Civilians continue to bear the brunt of Al-Shabaab attacks in Somalia – UN

MOGADISHU, Somalia – Civilians have borne the brunt of Al-Shabaab attacks in Somalia, the United Nations has confirmed, with the death toll hitting a record 613 in 2022, the highest figure in five years, in what could now be a turning point for the country. strategy in the infinity war.

Statistics released by the United Nations show that 2022 was the worst year for Somalis since 2017, with deaths exceeding 2021’s record by almost a third. During this period, the UN notes, over 948 people have been fatally injured in attacks created by the militants.

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United Nations records showed the number of people killed by improvised explosive devices [IEDs] 315 in 2022, and the injured were 686 in attacks mainly launched by Al-Shabaab. Some casualties have been attributed to state security forces, “clan militias and other unidentified actors,” according to the UN rights office, OHCHR.

The rights body’s High Commissioner Volker Türk said 2022 has “brought an abrupt end to a general reduction in deaths and injuries documented since 2017,” adding that he is “deeply concerned that more Somalis continue to lose their lives on a daily basis.” ”

“All parties to the conflict must uphold their obligations under international humanitarian law and ensure that civilians are protected. This also includes armed elements engaged alongside the government in the conflict against al-Shabaab, as well as international forces.”

He called on the government to “take all necessary measures” together with those invested in stability throughout Somalia in the international community, to strengthen the protection of all civilians, “in line with international human rights norms and standards and international humanitarian law”.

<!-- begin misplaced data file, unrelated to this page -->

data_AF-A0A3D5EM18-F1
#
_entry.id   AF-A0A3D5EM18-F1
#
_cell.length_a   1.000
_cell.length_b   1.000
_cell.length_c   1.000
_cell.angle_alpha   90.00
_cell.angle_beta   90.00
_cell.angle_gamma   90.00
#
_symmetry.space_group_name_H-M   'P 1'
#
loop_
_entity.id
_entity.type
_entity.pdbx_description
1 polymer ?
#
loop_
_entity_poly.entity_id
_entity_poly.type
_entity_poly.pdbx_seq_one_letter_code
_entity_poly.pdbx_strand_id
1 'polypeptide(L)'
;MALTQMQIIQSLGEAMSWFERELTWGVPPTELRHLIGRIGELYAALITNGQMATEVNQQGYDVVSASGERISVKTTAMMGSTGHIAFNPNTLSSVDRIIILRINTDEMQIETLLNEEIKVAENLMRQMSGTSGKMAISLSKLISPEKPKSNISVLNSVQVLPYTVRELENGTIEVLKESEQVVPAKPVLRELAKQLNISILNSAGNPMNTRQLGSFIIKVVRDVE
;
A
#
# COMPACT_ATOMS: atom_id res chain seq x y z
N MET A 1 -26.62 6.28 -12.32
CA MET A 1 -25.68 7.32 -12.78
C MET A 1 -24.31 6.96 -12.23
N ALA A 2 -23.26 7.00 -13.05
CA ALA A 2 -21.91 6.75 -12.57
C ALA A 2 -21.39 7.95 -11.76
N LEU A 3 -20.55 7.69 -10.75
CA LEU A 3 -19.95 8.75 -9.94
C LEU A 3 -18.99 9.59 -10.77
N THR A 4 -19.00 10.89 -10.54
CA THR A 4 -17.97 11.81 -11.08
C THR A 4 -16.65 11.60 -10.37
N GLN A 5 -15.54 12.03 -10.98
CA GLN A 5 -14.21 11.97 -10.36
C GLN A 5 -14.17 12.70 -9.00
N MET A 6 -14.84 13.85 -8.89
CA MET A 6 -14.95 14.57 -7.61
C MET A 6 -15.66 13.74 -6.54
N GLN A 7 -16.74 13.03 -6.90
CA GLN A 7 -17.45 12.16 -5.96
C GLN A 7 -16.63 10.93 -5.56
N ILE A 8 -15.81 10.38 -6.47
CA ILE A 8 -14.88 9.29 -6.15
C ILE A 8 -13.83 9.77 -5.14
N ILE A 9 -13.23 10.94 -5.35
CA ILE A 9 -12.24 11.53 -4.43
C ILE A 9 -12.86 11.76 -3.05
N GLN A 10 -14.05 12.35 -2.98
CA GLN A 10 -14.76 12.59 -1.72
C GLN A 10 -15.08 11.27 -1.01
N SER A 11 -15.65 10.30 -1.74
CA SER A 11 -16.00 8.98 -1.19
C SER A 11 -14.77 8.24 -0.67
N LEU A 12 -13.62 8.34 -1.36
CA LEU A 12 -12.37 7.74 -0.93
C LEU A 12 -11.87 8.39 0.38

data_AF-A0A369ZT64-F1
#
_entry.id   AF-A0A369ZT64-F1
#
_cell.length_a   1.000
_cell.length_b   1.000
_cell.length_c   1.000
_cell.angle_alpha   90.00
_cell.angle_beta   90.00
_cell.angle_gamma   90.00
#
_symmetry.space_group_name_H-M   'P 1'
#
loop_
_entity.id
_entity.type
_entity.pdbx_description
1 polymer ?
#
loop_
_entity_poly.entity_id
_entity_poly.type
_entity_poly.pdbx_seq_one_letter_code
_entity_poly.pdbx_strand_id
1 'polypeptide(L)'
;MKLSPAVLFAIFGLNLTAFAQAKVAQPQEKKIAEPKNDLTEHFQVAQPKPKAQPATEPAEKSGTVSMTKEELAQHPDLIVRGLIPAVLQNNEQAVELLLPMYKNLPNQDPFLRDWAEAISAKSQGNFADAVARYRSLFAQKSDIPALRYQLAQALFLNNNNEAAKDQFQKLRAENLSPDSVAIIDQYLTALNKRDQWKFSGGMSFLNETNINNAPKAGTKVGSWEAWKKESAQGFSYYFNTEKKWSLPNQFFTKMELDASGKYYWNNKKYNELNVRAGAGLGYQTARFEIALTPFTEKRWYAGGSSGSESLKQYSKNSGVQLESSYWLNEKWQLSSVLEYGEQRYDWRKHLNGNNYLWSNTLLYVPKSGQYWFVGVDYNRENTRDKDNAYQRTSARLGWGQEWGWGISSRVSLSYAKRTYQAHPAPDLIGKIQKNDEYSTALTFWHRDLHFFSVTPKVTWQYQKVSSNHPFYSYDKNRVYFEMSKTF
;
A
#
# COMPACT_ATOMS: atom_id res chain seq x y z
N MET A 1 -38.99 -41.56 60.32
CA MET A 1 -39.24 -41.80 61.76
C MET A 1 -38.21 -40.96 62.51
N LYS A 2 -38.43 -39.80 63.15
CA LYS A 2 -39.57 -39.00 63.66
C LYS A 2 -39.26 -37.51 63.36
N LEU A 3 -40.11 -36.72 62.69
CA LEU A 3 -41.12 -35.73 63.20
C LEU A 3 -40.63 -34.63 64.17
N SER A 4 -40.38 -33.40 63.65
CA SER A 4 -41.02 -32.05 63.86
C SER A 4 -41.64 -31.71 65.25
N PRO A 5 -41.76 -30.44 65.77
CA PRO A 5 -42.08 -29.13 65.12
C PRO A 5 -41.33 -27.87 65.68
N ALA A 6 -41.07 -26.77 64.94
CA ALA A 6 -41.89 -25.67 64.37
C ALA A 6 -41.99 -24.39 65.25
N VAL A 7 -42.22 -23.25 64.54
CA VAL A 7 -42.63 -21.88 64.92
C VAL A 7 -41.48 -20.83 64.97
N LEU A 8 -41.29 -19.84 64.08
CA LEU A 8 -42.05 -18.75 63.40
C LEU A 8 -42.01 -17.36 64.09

In addition to IEDs, he noted, al-Shabaab militants have returned to suicide bombings. The latest was on October 29 when the militants targeted the Ministry of Education building in Mogadishu, killing over 123 people while injuring over 350, according to government records.

Similarly, the militants targeted the Hayat Hotel in Kismayo in an attack that left 21 civilians dead. While the attacks have killed security officials and senior government officials, most of the affected teams are usually helpless civilians struggling for survival.

While instilling their authority, the militants have poisoned and destroyed wells and bridges besides bringing down telecommunication masts across the country. Telecom giant Hormuud also confirmed a fortnight ago that it had lost a mast to Al-Shabaab.

“Such wanton destruction is reprehensible, especially given the dire humanitarian situation, with the successive failures of five rainy seasons and large-scale displacement in the country,” Türk said.

“Deliberately targeting civilians and destroying, as such, objects indispensable to the civilian population constitute war crimes under international law. They must stop.”

The rights chief also stressed the critical need for accountability for serious violations of international law, saying it was key to any serious effort to end the decades-long vicious cycle of violence in Somalia.

President Hassan Sheikh Mohamud had persistently warned that the militants were likely to target civilians, noting that they are keen on revenge after being ousted from strategic towns by the army. “There is no doubt that Al-Shabaab will target civilians because Somalia is at war with the terrorist group,” he said.

The Somali National Army has raided Al-Shabaab villages with the help of the US Africa Command, the African Union Transitional Mission in Somalia [ATMIS]and the local militia.

The US has also pledged to help the country and has since increased the reward scheme to $10 million for people who volunteer information about the Al-Shabaab war.

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